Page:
Connectivity is an area in the automotive electronics segment that is expanding signi?cantly and is expected to trigger further incremental semiconductor usage in vehicles.
In particular, Bluetooth and near field communications (NFC) are two wireless technologies that are targeting in-vehicle connectivity. Both technologies have similarities and differences, which will determine how the two solutions will be used in vehicle applications.
Bluetooth Becomes Ubiquitous
Bluetooth, together with Wi-Fi, is the most diversified wireless technology, having been accepted in a wide variety of products ranging from mobile phones to laptop PCs, to tablets. This acceptance in various types of equipment has given Bluetooth a preferential path to be integrated in the car. There is a clear trend of consumer and mobile devices augmenting existing automotive infotainment systems.
To highlight Bluetooth’s success, 93 percent of 2010 cars in the United States are available with Bluetooth, many having it as a standard feature. General Motors started bundling Bluetooth with OnStar, which is standard with most GM vehicles. According to IHS iSuppli infotainment technology availability data, Bluetooth is available on a little more than 69 percent of all models offered for sale in 2010, in the nine core countries tracked. Attachment rates for Bluetooth, currently about 24 percent worldwide, will rise to 59 percent by 2017, according to IHS iSuppli data.
As a result, Bluetooth has become the de facto standard for wireless connectivity in vehicles, primarily used to accommodate hands-free calling with mobile phones. At the same time, there are new or maturing alternative Bluetooth profiles to accommodate data connections for music, messaging, basic control functions—and now mobile apps—rendered on the smart phone.
NFC Achieves Limited Automotive Success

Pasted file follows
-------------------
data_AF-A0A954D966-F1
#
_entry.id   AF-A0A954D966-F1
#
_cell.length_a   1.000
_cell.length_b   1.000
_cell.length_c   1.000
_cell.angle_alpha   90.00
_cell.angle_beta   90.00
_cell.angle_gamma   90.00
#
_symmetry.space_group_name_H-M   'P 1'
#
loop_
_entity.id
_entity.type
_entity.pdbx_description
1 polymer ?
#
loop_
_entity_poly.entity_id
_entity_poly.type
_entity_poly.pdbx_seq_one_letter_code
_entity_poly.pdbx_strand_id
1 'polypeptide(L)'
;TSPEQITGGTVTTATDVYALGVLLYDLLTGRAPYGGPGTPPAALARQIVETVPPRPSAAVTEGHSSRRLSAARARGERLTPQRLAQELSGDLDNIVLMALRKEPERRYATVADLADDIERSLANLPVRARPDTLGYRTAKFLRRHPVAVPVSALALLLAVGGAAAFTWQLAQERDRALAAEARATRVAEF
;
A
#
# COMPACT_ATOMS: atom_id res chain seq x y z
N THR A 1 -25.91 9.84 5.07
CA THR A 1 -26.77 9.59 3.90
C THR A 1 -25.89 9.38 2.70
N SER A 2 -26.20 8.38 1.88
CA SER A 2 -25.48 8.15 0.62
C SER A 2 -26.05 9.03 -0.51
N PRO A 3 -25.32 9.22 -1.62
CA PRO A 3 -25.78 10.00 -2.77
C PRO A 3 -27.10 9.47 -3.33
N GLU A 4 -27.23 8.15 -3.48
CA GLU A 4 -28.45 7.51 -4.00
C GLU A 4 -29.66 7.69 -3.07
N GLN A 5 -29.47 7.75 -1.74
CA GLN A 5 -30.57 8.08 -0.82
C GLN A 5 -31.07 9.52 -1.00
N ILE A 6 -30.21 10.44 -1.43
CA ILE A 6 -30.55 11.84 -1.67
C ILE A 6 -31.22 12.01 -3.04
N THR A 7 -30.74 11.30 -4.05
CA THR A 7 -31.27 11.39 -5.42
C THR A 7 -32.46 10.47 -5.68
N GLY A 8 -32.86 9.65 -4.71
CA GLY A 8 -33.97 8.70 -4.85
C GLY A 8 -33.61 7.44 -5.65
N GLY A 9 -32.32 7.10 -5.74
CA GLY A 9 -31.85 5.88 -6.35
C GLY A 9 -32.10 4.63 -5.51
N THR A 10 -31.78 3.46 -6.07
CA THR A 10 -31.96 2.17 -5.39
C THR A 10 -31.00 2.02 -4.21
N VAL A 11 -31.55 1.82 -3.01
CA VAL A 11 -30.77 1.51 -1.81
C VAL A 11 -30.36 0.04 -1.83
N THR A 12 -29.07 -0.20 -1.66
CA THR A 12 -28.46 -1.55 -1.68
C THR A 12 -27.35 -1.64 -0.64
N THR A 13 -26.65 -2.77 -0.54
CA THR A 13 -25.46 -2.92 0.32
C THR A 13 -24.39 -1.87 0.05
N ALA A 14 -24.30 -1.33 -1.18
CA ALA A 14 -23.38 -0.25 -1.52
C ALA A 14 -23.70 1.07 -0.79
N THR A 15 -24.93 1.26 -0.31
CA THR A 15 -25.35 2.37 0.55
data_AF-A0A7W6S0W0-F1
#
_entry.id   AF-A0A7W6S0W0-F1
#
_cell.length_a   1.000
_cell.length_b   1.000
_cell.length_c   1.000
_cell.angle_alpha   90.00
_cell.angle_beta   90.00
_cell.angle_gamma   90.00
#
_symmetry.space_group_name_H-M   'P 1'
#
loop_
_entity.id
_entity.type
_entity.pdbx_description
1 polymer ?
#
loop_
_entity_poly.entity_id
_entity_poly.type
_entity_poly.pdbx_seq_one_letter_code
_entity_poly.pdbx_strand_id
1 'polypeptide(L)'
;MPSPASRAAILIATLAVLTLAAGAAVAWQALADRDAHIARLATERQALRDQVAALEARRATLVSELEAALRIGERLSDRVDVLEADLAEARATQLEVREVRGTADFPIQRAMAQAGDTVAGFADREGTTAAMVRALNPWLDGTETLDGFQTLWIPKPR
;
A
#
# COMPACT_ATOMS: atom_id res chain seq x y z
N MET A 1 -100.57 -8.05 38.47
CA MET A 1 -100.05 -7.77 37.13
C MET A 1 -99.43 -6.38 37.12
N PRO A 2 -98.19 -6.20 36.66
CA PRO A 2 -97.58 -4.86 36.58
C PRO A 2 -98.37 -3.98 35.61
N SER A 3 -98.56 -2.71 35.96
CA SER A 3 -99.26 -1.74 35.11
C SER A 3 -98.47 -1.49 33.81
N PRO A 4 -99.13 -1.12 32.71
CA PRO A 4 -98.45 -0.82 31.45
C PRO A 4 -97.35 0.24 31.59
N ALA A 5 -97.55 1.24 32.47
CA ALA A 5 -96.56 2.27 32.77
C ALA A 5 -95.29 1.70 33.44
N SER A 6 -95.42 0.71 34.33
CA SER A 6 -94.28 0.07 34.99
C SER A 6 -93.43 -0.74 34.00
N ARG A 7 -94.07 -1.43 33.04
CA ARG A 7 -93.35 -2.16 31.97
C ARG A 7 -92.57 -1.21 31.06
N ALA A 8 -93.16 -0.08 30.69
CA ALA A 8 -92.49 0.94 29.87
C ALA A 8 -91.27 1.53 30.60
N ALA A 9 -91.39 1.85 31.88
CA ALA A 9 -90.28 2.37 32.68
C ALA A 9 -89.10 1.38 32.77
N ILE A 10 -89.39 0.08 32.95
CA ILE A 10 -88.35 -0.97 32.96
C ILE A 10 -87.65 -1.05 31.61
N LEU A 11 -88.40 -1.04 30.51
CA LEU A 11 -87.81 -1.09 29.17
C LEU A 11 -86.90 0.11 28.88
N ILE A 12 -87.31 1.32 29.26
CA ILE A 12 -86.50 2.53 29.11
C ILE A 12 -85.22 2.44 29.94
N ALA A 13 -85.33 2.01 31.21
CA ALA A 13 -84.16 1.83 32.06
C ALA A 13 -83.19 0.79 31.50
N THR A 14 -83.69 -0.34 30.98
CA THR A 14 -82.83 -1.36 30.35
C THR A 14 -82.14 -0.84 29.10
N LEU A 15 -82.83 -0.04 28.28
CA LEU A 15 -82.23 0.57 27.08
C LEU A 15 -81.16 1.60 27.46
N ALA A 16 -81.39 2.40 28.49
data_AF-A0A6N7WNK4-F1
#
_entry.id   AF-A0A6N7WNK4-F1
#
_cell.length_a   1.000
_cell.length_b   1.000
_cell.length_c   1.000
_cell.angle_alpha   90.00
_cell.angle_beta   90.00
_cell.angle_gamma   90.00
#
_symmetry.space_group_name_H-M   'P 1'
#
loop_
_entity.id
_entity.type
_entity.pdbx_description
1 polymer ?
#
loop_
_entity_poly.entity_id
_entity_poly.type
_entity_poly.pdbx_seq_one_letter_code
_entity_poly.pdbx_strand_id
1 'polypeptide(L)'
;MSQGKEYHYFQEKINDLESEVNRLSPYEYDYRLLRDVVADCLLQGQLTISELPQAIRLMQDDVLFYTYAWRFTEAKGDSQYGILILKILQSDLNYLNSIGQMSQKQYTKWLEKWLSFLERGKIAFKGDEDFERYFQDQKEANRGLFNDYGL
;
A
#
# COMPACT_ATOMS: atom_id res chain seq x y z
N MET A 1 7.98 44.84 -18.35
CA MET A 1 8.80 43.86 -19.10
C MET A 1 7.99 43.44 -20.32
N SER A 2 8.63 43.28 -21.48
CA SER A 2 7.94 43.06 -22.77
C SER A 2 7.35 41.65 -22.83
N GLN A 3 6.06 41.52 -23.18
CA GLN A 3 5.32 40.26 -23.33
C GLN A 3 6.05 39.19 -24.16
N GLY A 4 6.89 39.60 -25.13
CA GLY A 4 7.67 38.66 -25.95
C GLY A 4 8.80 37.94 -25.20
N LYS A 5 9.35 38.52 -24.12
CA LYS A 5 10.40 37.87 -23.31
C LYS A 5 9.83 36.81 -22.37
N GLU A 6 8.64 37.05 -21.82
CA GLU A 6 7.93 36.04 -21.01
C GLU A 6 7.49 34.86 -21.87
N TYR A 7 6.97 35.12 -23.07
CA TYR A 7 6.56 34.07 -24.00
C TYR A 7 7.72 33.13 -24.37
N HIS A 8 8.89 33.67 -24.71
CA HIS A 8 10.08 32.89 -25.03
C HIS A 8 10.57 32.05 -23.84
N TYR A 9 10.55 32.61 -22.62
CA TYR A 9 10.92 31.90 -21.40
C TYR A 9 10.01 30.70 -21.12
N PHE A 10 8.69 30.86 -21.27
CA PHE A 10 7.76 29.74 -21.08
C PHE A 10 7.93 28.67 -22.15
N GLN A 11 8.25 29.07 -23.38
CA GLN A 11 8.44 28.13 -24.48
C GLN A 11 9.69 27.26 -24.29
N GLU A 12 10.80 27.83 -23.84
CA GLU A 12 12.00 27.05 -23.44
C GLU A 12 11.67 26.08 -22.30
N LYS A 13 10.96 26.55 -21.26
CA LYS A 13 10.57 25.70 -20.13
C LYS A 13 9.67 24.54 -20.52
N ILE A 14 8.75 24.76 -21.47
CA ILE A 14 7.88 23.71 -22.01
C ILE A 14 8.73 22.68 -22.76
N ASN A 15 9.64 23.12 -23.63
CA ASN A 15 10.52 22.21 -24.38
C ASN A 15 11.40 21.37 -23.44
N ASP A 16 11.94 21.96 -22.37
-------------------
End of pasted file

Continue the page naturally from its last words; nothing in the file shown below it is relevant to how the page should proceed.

NFC is a technology that has been developed by Philips Electronics and Sony Corp. As can be inferred from the name, NFC is a connectivity technology that allows interconnection among devices within a range of about 4 to 8 inches (10 to 20 centimeters).
Fast and easy operations together with a high security level make the technology suitable for secure communications like monetary transactions, private data collection, ticketing and generic information exchanges.
NFC’s main advantage is its intrinsic security level, ensured by the limited communication range of the technology that, together with a single point-to-point connection, will limit any interception possibilities. On top of the intrinsic security, NFC technology supports advanced cryptography, which makes NFC-based systems suitable for financial and other kinds of secure transactions.
Despite such advantages, IHS does not believe that vehicles will be driving the NFC market growth. In-vehicle applications are still limited and mainly driven by security applications, such as car access keys or car immobilizers. These are the applications where NFC will add value compared with already available and reliable technologies like Bluetooth, which is now widely deployed in vehicles.
The market driver for NFC technology is, and still will continue to be, mobile handsets, where the technology is expected to be integrated soon on a wide scale, reaching about 220 million units by the 2014 time frame.
It is clear that once such a wide scale deployment confirms NFC success, vehicles also will take advantage of the technology, allowing even more integration of devices like smart phones and related applications inside vehicles.
As for the present, NFC in automotive solutions is being offered by original equipment manufacturers such as BMW, by Tier 1 suppliers such as Continental, and by semiconductor providers such as NXP. All three, along with some other entities, are pioneering the deployment of NFC technologies in automotive applications.
The main uses of NFC in vehicles are:
- Car access and car security
- Car interior setup according to different drivers, such as infotainment, telematics, engine/chassis setup and preference configuration.
- User authentication—car rentals
- Support to wireless communication—such as Wi-Fi and Bluetooth—due to reduced setup time
IHS expects NFC technology to be implemented in the car and coexist with today’s more mature and diffused technologies, such as Bluetooth and Wi-Fi. As a result, Bluetooth and NFC will be complementary technologies.
Not only will NFC’s higher level of security allow more applications to be run safely in the car, its faster set-up time also will permit other wireless technologies to take advantage of NFC’s faster authentication process.
Finally, in terms of cost, according to the NFC forum, integration into Bluetooth or other wireless technology of NFC—not as a standalone device—will have a negligible cost impact, in the range of U.S. $0.50 per unit. Integrating the small NFC IP block in a tiny corner of a Bluetooth chipset, for example, will reduce the overall bill of materials (BOM) cost and will allow using system-on-chip (SoC) connections instead of more expensive ad hoc external connectors.